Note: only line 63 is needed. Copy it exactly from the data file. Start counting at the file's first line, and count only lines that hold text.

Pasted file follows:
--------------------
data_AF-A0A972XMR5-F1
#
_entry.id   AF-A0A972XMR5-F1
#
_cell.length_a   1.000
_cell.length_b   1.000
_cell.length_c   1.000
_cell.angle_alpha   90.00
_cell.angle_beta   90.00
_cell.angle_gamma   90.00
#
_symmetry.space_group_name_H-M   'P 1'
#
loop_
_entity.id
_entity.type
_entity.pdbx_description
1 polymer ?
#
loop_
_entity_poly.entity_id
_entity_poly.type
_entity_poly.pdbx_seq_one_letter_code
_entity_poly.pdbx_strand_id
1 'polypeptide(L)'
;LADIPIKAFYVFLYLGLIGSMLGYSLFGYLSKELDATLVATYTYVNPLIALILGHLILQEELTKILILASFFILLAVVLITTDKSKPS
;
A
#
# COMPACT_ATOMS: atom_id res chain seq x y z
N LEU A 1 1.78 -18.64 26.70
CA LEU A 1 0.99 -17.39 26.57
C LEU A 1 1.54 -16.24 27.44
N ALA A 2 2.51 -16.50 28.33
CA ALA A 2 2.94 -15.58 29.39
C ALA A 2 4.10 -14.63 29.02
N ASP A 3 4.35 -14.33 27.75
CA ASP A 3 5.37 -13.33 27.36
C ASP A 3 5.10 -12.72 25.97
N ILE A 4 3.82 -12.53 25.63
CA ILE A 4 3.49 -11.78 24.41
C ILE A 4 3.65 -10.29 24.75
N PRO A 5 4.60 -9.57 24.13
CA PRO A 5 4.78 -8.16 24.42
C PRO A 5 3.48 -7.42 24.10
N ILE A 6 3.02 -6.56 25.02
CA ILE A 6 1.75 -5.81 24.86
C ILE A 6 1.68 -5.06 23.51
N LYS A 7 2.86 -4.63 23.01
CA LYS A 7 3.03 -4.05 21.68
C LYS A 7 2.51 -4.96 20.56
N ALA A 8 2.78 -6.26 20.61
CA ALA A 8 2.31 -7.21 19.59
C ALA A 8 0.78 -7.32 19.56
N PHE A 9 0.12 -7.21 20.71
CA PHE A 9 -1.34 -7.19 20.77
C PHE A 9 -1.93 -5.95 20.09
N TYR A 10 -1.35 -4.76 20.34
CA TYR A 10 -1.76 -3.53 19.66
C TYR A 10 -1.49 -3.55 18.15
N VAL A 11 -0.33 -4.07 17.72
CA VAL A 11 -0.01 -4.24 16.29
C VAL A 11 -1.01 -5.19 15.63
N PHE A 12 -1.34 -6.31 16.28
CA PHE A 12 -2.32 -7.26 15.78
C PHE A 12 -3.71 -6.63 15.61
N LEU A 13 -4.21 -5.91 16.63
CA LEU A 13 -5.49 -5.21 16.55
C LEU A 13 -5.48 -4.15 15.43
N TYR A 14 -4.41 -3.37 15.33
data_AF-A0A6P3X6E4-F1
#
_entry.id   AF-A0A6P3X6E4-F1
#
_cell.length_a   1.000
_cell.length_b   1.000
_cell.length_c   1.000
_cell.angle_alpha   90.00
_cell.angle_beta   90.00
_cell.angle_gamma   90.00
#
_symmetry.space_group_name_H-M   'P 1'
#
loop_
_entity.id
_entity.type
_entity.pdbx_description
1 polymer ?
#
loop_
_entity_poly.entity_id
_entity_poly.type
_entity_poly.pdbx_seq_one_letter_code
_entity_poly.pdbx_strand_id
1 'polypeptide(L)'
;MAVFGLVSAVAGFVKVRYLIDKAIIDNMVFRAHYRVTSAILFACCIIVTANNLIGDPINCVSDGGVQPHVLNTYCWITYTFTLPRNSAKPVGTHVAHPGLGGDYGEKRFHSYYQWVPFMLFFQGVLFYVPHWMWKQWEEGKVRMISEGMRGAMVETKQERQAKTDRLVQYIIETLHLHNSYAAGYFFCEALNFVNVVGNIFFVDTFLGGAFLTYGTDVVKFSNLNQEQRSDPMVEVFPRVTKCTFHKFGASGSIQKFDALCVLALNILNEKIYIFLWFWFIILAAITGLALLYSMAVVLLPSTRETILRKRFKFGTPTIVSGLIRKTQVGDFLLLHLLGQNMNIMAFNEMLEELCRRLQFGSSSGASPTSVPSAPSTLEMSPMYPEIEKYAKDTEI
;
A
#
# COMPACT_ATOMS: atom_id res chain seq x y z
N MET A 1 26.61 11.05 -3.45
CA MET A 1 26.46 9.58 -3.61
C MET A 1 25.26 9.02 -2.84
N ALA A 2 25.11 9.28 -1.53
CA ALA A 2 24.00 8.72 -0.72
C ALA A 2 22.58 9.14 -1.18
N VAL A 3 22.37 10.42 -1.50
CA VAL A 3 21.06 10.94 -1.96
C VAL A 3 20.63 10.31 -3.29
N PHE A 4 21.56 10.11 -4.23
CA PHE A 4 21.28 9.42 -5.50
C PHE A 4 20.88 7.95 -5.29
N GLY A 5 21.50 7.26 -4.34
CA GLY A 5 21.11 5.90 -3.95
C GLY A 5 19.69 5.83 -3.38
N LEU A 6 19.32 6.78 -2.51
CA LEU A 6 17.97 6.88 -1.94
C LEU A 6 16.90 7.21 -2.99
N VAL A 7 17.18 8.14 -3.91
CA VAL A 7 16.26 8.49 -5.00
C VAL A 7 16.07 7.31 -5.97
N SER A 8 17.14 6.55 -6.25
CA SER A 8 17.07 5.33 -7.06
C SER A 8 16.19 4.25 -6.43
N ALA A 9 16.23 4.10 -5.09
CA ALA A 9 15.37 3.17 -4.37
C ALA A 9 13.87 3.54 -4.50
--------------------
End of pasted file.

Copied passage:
C VAL A 11 -1.01 -5.19 15.63